Miriam Spitzer Franklin is the author of Emily Out of Focus, a new middle grade novel for kids that focuses on a family's adoption of a girl from China. She also has written Call Me Sunflower and Extraordinary. A former elementary and middle school teacher, she lives in Charlotte, North Carolina.
Q: How much did your family's own experience with adoption inspire the creation of this novel?
A: Adopting a daughter from China has had a huge impact on my life. I knew very little about international adoption until we began considering it. I could not have written this book without personally traveling to China to bring home our second daughter, and learning firsthand about the questions and emotions an adopted child experiences.
Q: How did you come up with the idea for your character Emily, and why did you make her an aspiring photojournalist?
A: My very first draft of this book was about a girl who was excited to become a big sister and learned that things were not exactly what she expected.
The book needed a broader appeal, so I knew I needed to give her a big personality and goals of her own that would drive the story, and a photojournalist seemed perfect because I have so many images in my mind of the country we visited.
When we traveled to adopt our daughter, orphanages were filled with “healthy” baby girls because of the one-child policy. Once you completed the paperwork, the wait time to receive your referral (receiving your child’s photo and a date about six weeks away to travel) was around a year.
I knew things changed soon after, since I had heard that people had to wait a lot longer to receive referrals. But when I phoned our adoption agency, I was surprised to learn that the one-child policy had changed and that adoptions of “healthy” children were only available for people in the country though you could still internationally adopt a child with special needs.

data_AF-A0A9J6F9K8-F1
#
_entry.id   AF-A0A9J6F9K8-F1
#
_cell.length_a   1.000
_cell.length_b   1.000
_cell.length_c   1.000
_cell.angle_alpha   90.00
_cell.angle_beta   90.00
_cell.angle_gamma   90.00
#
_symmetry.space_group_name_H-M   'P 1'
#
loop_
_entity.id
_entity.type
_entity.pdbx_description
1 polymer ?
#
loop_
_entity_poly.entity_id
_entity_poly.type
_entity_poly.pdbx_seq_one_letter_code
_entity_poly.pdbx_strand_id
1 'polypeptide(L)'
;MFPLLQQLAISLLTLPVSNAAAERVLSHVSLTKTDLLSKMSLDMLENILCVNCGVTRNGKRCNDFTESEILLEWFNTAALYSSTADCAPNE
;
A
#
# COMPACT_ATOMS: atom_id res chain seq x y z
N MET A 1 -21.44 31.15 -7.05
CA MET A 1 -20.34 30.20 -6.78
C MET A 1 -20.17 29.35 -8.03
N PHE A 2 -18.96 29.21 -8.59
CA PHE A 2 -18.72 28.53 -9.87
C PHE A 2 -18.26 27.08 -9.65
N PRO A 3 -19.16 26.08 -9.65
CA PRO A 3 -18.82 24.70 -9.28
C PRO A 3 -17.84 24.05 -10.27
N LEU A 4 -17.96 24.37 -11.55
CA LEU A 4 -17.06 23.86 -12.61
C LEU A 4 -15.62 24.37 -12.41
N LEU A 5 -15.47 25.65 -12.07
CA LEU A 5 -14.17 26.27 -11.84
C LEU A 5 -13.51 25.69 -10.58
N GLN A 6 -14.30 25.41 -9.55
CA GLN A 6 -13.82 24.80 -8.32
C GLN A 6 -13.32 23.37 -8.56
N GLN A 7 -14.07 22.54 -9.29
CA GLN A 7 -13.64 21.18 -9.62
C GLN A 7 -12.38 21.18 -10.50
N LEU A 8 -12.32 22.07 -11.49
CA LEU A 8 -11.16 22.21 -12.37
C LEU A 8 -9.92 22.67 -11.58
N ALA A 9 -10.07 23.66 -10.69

I wanted to date my book close to the time we traveled so it would be most accurate, I hope that readers will see that families are formed all different ways, and that adopted children have connections but my editor said that would make it historical fiction! So we set it back five years when international adoptions of “healthy” girls were still available though the wait was long.
I also did some online research to find out how children look for their birth parents since we didn’t receive any biological information. I found stories about girls who found grandparents, cousins, siblings, and even parents by posting messages the way Katherine does in the book.
Q: Can you say more about what you hope readers will take away from the story?
A: I hope that readers will see that families are formed all different ways, and that adopted children have connections with their biological families even if they don’t know them. I want them to see that no matter how families are formed, that bonds are forever.
I also hope I give readers a lot to think about in terms of friendship, family, and building trust, and how sometimes things might seem so important that you’re willing to risk all these things to reach your personal goals. I hope the book will lead to a lot of good discussions.
--Interview with Deborah Kalb